Rendell's very public swing through the Capitol a year and a week after he left office raised some eyebrows. Other former governors and their aides said unwritten rules of political decorum frown on former chief executives taking public stands against successors' policies.
Echoing a theme sounded this month by Republican presidential candidate Newt Gingrich - who called President Obama "the food stamp president" - Corbett spokesman Kevin Harley labeled Rendell a "food stamp expert," and noted that the number of recipients doubled during the Democrat's two terms in Harrisburg. Harley said the asset test was necessary to prevent fraud.
"There is going to be an asset test" in the coming months, but the administration has not determined the threshold, Harley said, adding, "If [Rendell] doesn't think there is waste, fraud and abuse, then I have some federal swampland to sell him in Florida."
Under the administration's proposed plan, the bar is set to deny food stamps to anyone with more than $2,000 in savings or other assets subject to the rule, or more than $3,250 for people who are over 60 or disabled.
In 2008, Rendell dropped an asset test in response to the wave of people left jobless by the recession.
The former governor noted that applicants still face a "means" test of income, and that Pennsylvania has been cited by federal officials for its low fraud rate.
Figures confirmed by the Corbett administration show that the level of food stamp fraud in the state is one-tenth of 1 percent.
With the economy still struggling, reviving the asset test for some 1.7 million food stamp recipients could drive tens of thousands into deeper poverty, Rendell said.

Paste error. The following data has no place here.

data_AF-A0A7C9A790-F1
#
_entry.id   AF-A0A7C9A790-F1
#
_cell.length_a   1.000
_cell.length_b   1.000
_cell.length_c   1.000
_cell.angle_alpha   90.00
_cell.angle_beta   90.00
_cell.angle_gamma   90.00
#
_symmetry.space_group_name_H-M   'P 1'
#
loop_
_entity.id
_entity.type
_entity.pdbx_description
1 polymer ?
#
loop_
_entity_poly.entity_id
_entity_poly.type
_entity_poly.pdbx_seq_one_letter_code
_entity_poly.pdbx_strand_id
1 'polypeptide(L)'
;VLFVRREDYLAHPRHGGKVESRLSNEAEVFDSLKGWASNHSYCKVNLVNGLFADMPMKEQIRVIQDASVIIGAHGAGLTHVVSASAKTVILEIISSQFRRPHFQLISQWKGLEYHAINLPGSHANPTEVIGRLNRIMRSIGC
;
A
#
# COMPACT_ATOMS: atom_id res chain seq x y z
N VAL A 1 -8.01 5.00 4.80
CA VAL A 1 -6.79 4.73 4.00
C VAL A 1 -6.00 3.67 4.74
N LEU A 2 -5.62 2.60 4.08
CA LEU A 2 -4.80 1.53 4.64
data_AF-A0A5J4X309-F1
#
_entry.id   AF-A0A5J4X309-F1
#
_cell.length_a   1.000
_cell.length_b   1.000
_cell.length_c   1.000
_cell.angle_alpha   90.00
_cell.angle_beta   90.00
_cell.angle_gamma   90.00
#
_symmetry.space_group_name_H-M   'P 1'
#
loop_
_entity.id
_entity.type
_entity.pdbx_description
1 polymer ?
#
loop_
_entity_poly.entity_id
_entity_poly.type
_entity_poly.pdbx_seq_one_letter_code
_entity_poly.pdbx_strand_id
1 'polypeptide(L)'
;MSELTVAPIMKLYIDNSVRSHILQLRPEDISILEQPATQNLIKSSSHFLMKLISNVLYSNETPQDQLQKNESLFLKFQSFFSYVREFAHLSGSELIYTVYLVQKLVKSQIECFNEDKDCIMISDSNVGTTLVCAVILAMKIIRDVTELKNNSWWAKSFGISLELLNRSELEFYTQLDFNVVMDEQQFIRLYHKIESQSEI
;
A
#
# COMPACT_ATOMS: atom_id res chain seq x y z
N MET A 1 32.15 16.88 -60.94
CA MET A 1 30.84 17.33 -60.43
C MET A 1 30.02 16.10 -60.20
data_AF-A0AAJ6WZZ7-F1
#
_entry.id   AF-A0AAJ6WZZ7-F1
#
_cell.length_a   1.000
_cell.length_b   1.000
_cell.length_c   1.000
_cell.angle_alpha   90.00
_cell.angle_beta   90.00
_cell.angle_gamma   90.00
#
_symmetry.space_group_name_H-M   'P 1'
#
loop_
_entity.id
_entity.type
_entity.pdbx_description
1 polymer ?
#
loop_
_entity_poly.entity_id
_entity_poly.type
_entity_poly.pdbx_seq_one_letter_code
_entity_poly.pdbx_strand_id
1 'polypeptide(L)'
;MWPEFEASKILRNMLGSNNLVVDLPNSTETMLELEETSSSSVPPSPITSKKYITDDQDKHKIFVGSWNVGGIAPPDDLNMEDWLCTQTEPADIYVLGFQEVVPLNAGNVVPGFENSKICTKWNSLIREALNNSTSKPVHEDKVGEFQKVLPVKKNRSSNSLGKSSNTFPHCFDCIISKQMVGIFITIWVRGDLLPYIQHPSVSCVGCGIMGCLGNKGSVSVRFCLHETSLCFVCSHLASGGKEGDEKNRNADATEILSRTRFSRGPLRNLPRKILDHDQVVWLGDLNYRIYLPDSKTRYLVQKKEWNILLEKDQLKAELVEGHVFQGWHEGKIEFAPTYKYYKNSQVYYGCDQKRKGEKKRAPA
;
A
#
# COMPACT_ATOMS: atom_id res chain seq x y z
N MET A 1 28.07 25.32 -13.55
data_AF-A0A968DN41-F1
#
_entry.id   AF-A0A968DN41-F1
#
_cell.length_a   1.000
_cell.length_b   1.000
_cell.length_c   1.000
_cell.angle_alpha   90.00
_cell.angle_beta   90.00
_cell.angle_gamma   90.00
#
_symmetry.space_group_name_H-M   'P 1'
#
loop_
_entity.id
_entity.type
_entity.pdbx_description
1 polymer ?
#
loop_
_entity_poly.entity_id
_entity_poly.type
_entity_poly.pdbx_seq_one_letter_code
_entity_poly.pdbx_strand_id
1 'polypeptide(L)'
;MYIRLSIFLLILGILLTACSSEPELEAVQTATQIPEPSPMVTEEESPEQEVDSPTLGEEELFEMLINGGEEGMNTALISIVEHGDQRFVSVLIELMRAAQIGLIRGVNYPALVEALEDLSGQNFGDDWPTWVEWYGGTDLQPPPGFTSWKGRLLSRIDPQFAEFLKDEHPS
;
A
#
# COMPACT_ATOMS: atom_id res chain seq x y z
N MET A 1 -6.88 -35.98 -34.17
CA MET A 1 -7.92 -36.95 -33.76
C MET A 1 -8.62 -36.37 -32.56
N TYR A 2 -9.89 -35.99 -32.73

While he said he understood the difficult budget choices Corbett faces, Rendell - careful not to personally attack his successor - said he would continue to speak out.
"This is not meant in a partisan fashion, but a plea from all of us to help Pennsylvanians," said Rendell.
Though most states eschew asset tests for food stamps, Corbett's Department of Public Welfare surprised critics with its plan to reinstate such a test in Pennsylvania.
That decision was laid out in a December letter to the U.S. Department of Agriculture, which administers the food stamp program. News of the letter, first reported by The Inquirer, drew strong reaction in many quarters. U.S. Agriculture Secretary Tom Vilsack is scheduled to be in Philadelphia on Thursday to discuss it with Mayor Nutter.
Former governors and their ex-staffers said it was unusual, even impolitic, for an ex-governor to speak publicly against a successor.
"It's unprecedented," said David LaTorre, a spokesman for former Gov. Mark Schweiker who also worked for Gov. Tom Ridge, both Republicans. "There is an unwritten rule for any governor: You never criticize your successor."
LaTorre said Schweiker may have appeared in the Capitol in his later role as president of the Greater Philadelphia Chamber of Commerce, but never "directly confronting the policies of his successor, namely Rendell."
Former Lt. Gov. Mark Singel, who served under Democratic Gov. Robert P. Casey, agreed that Rendell's appearance was "unusual," but said it was not out of character. "You can't blame Corbett for being sensitive to the issue," said Singel, who now heads the Winter Group, a lobbying firm.
Former Gov. Dick Thornburgh, a Republican who went on to serve as U.S. attorney general, said he could not recall going back to Harrisburg to address any particular initiative of his successor, Casey, after he left the governor's office in 1987.
Thornburgh said he might have returned on occasion to talk about things that didn't get accomplished under his tenure, nor since then - such as privatization of the state liquor stores and so-called "merit selection" of judges.
Contact staff writer Amy Worden at 717-783-2584 or firstname.lastname@example.org, or follow on Twitter @inkyamy.
Inquirer staff writer Alfred Lubrano contributed to this article.